The reason I'm not in EMS today is because I couldn't make the money/time work given the cost of living in Colorado and my other commitments.
 

Devildoc

Verified Military
Joined
Nov 3, 2015
Messages
5,577
Location
Durham, NC
@Devildoc beat me to it, but he's spot on.

I live right outside of Ft. Carson, so our FD has a steady stream of pretty well qualified candidates to pick through every year.

If you try to use transpo as your main experience, they will not accept that.
By hiring authority preference(as I've been told by current FD employees) it goes, Military (preferably deployed), AMR/other emergency service, ER tech, Clinical tech (I.E. an urgent care). To get in with a tech role you'd have to really demonstrate that you dealt with a number of situations relevant to the level of care facility you worked at.

I'd like to make it clear that this is specific to my city and the department. Guys in smaller towns have been hired with less experience, and I know somebody who got hired in Denver simply because he was an 18B and the hiring authority "knew that means you'd work your ass off".

My best advice to you is to figure out finances and whether you can support yourself you get stuck with a minimum wage employer like AMR.
If not, find a volunteer service that does emergency or work part time. At worst, use your GI bill to help supplement your salary (obviously for a program you like).

The reason I'm not in EMS today is because I couldn't make the money/time work given the cost of living in Colorado and my other commitments.

The pay thing is real. EMS pay is overall MUCH better than it used to be, but "basic EMT" is still significantly less than paramedic. I backed into EMS (pre-military) and loved it, but ate a lot of raman and beans-and-weenies. BTW, Cumberland Co basic EMT pay is around $51K, I think. That's more than double what it was when I started in 1990. Local to me (Durham, 90 miles from Fayetteville), medics are making pretty good money, almost what new nurses make.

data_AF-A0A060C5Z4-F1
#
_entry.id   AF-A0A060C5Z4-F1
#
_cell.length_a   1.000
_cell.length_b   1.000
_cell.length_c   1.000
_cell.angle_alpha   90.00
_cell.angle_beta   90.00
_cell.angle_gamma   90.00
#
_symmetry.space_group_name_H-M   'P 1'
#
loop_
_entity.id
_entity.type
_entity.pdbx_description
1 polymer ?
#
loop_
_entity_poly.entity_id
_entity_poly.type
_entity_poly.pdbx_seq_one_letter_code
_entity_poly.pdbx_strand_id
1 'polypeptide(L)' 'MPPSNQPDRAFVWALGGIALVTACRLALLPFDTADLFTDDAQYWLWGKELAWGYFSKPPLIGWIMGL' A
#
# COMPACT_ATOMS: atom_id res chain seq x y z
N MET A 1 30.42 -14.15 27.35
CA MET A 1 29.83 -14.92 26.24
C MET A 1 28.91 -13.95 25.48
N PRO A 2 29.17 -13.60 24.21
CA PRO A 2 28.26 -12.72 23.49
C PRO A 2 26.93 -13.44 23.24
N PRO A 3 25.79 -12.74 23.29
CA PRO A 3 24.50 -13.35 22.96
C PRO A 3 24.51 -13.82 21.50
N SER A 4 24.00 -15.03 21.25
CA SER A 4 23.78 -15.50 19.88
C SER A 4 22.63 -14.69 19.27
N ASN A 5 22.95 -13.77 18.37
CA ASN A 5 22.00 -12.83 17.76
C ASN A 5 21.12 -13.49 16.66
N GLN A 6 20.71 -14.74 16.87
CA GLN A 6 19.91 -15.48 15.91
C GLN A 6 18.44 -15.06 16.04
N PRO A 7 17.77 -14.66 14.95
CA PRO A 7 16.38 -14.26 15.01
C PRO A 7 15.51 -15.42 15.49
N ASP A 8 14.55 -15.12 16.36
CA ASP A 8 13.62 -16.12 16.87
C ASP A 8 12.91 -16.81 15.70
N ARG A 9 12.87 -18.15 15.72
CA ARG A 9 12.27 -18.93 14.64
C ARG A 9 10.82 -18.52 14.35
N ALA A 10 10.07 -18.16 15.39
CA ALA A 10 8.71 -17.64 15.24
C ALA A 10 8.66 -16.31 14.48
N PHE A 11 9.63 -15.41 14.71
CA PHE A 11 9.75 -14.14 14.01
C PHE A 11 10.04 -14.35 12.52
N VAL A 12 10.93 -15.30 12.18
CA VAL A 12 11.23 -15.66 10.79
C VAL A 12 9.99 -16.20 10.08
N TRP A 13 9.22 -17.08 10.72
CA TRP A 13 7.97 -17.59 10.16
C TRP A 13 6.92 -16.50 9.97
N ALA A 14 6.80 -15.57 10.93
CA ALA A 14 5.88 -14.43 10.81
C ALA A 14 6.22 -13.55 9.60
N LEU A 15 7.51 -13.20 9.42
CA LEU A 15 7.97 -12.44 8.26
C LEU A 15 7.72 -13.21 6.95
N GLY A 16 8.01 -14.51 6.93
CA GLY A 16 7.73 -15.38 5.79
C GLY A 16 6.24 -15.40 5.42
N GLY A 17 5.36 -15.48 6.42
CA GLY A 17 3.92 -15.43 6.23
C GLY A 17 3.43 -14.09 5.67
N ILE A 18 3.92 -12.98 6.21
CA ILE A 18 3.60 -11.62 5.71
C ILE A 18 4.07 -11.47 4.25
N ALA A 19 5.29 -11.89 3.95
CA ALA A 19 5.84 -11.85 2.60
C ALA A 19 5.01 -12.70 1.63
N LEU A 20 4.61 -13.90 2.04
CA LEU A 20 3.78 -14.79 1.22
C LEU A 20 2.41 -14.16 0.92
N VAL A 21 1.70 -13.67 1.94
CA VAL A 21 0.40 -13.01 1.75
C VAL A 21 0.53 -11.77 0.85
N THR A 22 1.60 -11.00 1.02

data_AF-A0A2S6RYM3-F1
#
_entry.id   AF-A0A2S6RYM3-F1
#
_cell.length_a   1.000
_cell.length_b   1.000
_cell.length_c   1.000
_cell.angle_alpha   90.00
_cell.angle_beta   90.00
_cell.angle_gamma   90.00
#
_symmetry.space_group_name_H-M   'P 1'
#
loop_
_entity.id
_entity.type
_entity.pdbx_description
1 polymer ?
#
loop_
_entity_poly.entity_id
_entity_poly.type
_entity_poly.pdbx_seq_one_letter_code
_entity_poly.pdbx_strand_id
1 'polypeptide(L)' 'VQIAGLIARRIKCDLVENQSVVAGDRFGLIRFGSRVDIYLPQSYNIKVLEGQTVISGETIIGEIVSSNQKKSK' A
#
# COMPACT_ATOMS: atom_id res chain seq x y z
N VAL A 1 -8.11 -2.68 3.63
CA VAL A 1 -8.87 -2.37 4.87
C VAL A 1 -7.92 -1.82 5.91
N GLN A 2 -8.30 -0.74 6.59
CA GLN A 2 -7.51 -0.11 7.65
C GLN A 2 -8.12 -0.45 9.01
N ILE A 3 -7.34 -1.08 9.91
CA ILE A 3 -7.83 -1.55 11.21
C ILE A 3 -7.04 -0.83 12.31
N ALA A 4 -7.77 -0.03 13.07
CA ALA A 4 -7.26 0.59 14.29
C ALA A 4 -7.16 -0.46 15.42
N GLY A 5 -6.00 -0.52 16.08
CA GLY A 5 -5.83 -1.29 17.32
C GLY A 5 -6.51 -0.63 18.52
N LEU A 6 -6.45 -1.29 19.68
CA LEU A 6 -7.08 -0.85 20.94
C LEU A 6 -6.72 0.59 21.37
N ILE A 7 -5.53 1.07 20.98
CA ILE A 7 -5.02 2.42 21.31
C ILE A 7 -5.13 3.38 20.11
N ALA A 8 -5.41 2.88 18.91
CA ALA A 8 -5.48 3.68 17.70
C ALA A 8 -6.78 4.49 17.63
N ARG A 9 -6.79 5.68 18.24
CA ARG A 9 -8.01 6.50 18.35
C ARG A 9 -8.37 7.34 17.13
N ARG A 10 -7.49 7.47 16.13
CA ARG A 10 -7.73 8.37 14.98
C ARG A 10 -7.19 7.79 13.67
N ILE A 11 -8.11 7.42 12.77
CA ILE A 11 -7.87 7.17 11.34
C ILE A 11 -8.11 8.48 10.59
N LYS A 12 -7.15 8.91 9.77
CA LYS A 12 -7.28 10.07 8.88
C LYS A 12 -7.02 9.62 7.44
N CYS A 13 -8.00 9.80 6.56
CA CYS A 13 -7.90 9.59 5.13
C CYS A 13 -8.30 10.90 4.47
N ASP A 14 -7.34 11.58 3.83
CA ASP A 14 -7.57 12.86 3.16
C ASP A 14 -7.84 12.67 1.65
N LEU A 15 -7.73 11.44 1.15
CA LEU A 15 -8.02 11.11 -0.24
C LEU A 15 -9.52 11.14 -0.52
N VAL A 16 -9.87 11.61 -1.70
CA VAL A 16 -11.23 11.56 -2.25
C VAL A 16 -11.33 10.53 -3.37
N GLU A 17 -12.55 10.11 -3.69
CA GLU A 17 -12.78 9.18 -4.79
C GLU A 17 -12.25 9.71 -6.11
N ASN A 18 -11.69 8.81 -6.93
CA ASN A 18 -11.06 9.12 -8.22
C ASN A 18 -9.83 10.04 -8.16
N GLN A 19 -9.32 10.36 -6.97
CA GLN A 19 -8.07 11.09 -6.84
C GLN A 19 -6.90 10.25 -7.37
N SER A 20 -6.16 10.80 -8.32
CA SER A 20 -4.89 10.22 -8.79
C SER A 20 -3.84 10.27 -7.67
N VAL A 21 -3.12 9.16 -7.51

For reasons I have discussed, do not discount working for a volunteer agency while you pursue a paid option.
 

policemedic

Verified SWAT
Joined
Jul 29, 2008
Messages
5,786
Location
A galaxy far, far away
So, I may be biased and may sound arrogant but the only transport services that are worth a damn and that are respected are good critical care services. And you won’t get into that as anything but strictly a driver with a new EMT card.

Most transport services in my experience are simply Medicare fraud on wheels.

Find a 911 provider, find a good medic to learn from, and keep your ears open and mouth shut.
 

Devildoc

Verified Military
Joined
Nov 3, 2015
Messages
5,577
Location
Durham, NC
So, I may be biased and may sound arrogant but the only transport services that are worth a damn and that are respected are good critical care services. And you won’t get into that as anything but strictly a driver with a new EMT card.

Most transport services in my experience are simply Medicare fraud on wheels.

Find a 911 provider, find a good medic to learn from, and keep your ears open and mouth shut.

A former boss got fired and our agency was fined because he was doctoring the books, claiming transports were critical care when they were not, they were plain ol' BLS nursing home transports.

But hey, he's got a doctorate and is on faculty at New Orleans University.

I've got nothing good to say about 99% of transport services.
 

policemedic

Verified SWAT
Joined
Jul 29, 2008
Messages
5,786
Location
A galaxy far, far away
A former boss got fired and our agency was fined because he was doctoring the books, claiming transports were critical care when they were not, they were plain ol' BLS nursing home transports.

But hey, he's got a doctorate and is on faculty at New Orleans University.

I've got nothing good to say about 99% of transport services.
I agree. If the pt isn’t on a vent with vasoactive drips and an A-line is it really critical care?
 
Status
Not open for further replies.
Top